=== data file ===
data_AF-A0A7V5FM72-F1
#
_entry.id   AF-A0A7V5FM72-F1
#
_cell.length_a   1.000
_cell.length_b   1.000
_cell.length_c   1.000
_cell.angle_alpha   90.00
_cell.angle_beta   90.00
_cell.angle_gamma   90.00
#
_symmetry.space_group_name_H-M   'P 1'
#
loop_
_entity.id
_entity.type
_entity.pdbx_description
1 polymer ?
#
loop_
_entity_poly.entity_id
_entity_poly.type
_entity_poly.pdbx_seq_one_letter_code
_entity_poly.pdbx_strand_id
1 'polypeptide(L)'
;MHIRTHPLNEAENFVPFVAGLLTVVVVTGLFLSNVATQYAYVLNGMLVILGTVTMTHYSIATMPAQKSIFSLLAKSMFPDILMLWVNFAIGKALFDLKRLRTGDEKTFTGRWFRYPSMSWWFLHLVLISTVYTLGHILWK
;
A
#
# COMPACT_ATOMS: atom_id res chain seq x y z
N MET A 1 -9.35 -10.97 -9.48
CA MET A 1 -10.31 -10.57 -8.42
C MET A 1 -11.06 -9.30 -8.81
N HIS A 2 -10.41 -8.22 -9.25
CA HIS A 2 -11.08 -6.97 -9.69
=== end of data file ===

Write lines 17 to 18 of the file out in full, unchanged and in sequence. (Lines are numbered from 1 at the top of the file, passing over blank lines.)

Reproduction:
_entity.pdbx_description
1 polymer ?